China’s going to have problems, which doesn’t really surprise me, but my kids aren’t going to start learning Danish when we see problems in China because China is going to come out the other side as the most important country of the 21st century. America, which became the most successful country in the 20th century, has lived through depressions and a horrible civil war. Every individual, company or country that rises has problems along the way – that’s how the world works.

Q: You’re also upbeat about the Chinese travel industry. Why?

A: One of the great growth industries of our time is going to be Chinese tourism because the Chinese have not been able to travel for decades, but now it’s easy to get a passport and it’s easy to take out money to put towards your travel. There are 1.4 billion Chinese who want to see their country and the world. I remember living in New York in the 80s and we all said “where did all these Japanese come from?” There are 10 times as many Chinese as there are Japanese. So I own Chinese airline stocks. I own most of them except the budget airlines.

Q: How would a weaker renminbi affect Chinese tourism?

A: The renminbi will continue to fall. Not for any special reasons but simply because the U.S. dollar is going up. The dollar is so strong that everything else will look bad compared to it. Plus, the renminbi has been the strongest currency since 2005 – it went up every year until 2014. Anything that goes up for such a long time usually has a correction. But remember, if the renminbi goes down, China becomes more attractive for foreign visitors and the Chinese who can no longer afford to fly to Paris will go to Xi’an or Xiamen instead.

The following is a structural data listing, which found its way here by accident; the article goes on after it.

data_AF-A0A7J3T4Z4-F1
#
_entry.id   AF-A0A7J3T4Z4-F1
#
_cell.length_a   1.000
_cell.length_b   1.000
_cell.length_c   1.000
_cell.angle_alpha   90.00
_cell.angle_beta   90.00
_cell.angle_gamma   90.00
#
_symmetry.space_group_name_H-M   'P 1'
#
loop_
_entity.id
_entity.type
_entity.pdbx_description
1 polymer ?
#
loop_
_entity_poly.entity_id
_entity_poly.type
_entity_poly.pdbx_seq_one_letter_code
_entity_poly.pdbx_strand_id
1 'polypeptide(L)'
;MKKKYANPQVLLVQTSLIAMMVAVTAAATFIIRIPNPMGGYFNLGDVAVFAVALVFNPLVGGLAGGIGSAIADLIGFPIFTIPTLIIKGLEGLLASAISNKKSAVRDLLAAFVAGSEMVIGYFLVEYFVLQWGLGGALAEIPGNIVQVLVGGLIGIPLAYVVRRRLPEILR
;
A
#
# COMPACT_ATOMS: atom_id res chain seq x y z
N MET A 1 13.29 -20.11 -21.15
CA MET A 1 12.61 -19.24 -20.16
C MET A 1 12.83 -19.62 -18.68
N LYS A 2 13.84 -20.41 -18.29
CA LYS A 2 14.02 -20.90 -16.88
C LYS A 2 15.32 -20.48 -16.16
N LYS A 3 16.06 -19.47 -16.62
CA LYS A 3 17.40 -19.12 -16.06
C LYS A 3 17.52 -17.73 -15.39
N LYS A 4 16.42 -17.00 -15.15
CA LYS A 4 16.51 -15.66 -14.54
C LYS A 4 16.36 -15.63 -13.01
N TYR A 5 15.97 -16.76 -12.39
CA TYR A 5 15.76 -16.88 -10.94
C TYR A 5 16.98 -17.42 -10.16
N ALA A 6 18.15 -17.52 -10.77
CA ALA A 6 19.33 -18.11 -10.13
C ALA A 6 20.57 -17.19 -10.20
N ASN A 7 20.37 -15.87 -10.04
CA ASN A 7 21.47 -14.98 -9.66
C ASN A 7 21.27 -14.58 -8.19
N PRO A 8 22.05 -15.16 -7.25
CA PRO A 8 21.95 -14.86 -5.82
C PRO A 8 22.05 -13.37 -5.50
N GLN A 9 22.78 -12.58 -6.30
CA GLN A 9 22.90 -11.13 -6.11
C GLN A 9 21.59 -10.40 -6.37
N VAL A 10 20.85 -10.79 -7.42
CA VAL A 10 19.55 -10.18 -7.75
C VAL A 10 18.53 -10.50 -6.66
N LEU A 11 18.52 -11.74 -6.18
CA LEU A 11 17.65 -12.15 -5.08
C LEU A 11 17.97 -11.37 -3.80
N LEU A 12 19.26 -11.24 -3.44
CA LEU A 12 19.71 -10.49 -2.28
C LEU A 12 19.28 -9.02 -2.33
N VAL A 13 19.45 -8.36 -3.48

- Source, Barrons

Tuesday, September 6, 2016

The FED is Pushing the World Towards a Collapse that Will Make 2008 Look Like Childs Play

Jim Rogers warns that the economic shocks felt in 2008 were just the warm up. He talks about the continuing problems that the global markets face. What is coming for the world? Are we prepared or will this be the collapse that makes all other collapses look small? Jim Rogers discusses.

Saturday, September 3, 2016

It's Time to Prepare - July 2016 will be bad for the US Dollar, US Economy & Stock Market!

Jim Rogers states that it is time to prepare. Not now, not tomorrow, right now. The July 2016 elections are going to create global economic uncertainty of epic proportions. He is ringing the alarm bell, are you listening?

Tuesday, August 30, 2016

First Soros Now Jim Rogers Predicts Trillion Dollar 'Biblical' Crash

Select global elites around the world are ringing the alarm bell. What is coming our way? A crash of epic proportions, many believe, is on route. Jim Rogers breaks down what he see's coming in this latest interview. Buckle yourself in, it's going to be a bumpy ride. A crash of biblical proportions is coming our way.

Friday, August 26, 2016

Everybody Should be Concerned About Brexit

Jim Rogers discusses the recent successful Brexit vote and how it could affect the world going forward. He see's a period of renewed uncertainty and much greater collapse coming our way. He states that we should be concerned, very concerned.